LATEST ADDITIONS

John Atkinson  |  May 08, 2005  |  First Published: Mar 08, 1993  |  0 comments
"When it comes to video, most audiophiles are insufferable snobs."—J. Gordon Holt, 1984
Jason Victor Serinus  |  May 04, 2005  |  First Published: May 05, 2005  |  0 comments
"Some say it dates back to 1927, when Gramophone magazine's editor thundered that electrical reproduction was a step backward in sound quality," said the promotional copy for Home Entertainment 2005's opening-day event, "The Great Debate: Subjectivism on Trial." It continued: "But whenever it started, the Great Debate between 'subjectivists,' who hear differences among audio components, and 'objectivists,' who tend to ascribe such differences to the listeners' overheated imaginations, rages just as strongly in the 21st century as it did in the 20th." On April 29 at the Manhattan Hilton, Stereophile editor John Atkinson and one of the Internet's most vocal audio skeptics, Arnold B. Krueger, debated mano a mano where the line should be drawn between honest reporting and audio delusion.
Wes Phillips  |  May 02, 2005  |  0 comments
As I walked through the corridors of HE2005, I kept hearing audiophiles asking one another, "Have you heard Mark Levinson's demo yet?" Yes, that was Mark Levinson, the man, and the Burwen Bobcat was possibly the most discussed item at the Show.
Stephen Mejias  |  May 01, 2005  |  0 comments
I've been thinking about women. All weekend long. While that, by itself, is nothing unusual for me, here at Home Entertainment 2005, I''ve been thinking particularly about the small number of female enthusiasts within the hobby of high-end audio.
Keith Howard  |  May 01, 2005  |  First Published: Apr 01, 2005  |  0 comments
If you missed Part 1 of this article (Stereophile, January 2005), or it has faded in your memory, here's a résumé. (Readers who recall Part 1 with crystalline clarity, please skip to paragraph four.) The accurate measuring of loudspeakers requires that the measurements be taken in a reflection-free environment. Traditionally, this has meant that the speaker be placed atop a tall pole outdoors or in an anechoic chamber. Both of these options are hedged around with unwelcome implications of cost and practicality. To overcome these and allow quasi-anechoic measurements to be performed in normal, reverberant rooms, time-windowed measurement methods were developed that allow the user to analyze only that portion of the speaker's impulse response that arrives at the microphone ahead of the first room reflection. MLSSA from DRA Labs is the best-known measurement system to work on this principle, and both John Atkinson and I use it in the course of preparing our loudspeaker reviews.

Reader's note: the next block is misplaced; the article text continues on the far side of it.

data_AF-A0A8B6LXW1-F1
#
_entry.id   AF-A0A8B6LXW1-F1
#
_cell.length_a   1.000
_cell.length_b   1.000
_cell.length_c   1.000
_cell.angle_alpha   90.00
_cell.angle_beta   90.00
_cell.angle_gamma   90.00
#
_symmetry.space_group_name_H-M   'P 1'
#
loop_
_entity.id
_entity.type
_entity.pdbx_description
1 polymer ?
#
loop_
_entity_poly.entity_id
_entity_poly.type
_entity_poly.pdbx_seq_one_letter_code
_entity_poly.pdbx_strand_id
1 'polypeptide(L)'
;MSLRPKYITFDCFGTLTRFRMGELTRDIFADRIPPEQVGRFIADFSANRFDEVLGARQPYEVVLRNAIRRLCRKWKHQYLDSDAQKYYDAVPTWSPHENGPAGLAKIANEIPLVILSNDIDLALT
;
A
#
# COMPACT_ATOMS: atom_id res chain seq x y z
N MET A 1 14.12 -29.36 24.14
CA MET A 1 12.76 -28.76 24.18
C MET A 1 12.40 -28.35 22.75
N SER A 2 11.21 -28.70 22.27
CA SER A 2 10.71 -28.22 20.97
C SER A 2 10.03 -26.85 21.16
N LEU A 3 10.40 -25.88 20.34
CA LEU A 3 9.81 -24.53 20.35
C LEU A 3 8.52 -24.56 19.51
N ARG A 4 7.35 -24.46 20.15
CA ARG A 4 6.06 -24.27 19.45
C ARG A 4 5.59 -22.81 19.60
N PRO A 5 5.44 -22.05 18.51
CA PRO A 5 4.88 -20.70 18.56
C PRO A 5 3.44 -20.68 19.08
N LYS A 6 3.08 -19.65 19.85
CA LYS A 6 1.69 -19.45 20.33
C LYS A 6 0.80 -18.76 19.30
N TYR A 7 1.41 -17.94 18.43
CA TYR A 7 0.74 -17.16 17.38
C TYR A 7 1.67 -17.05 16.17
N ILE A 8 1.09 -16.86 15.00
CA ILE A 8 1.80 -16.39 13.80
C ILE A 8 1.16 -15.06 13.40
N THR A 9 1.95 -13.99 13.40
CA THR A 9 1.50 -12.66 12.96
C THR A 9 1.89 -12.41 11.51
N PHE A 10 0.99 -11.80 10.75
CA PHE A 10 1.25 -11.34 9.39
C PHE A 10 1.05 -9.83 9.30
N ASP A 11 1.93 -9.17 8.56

Kalman Rubinson  |  May 01, 2005  |  First Published: Oct 01, 2001  |  0 comments
I used to be an audio cheapskate even worse than Sam Tellig. Anytime I saw an interesting device for sale, I immediately began to figure out how I might build it for myself for a fraction of the cost.
Brian Damkroger  |  May 01, 2005  |  First Published: Apr 01, 2005  |  0 comments
It's not unusual for a high-end audio company to originate in another segment of the high-tech electronics world, but it is a bit unusual when the spin-off is a cable company. That's the case with Empirical Audio, whose founder, Steve Nugent, spent 25 years as a digital hardware designer for Unisys and Intel. The key is that, in addition to standard design work, he chased "the more esoteric sides of design, namely grounding, shielding, ESD (electrostatic discharge), EMI (electromagnetic interference), transmission-line effects, and power delivery." Voilà—cable design.
John Marks  |  May 01, 2005  |  First Published: Apr 01, 2005  |  0 comments
Imagine two people who have been audiophiles for 20 years. When they first met, Audiophile #1 had just decided that he would do his best to buy a system that he could keep for the indefinite future, without anxiety about upgrades. Let alone get off the "equipment upgrade" merry-go-round, he never wanted to get on it in the first place. Audiophile #1 also decided that having a truly great music system in his home was more important to him than buying a new car every three years. He found a dealer who sold systems based on value rather than on price. He ended up both exhilarated and intimidated, not only at the amount of money he had spent but at how good his stereo system sounded. He then stopped messing with it, sat back, and enjoyed the music.
Wes Phillips  |  Apr 30, 2005  |  First Published: May 01, 2005  |  0 comments
No, we really weren't feeling kind of seasick, but the crowd definitely called out for more—and at HE2005, more is what we usually got.
Wes Phillips  |  Apr 29, 2005  |  0 comments
We get so confused department: Officially, it's day one of the show, even though we've already been here a whole day. But—as we keep having to remind ourselves—it's not all about us. Today was the day the showgoers arrived.

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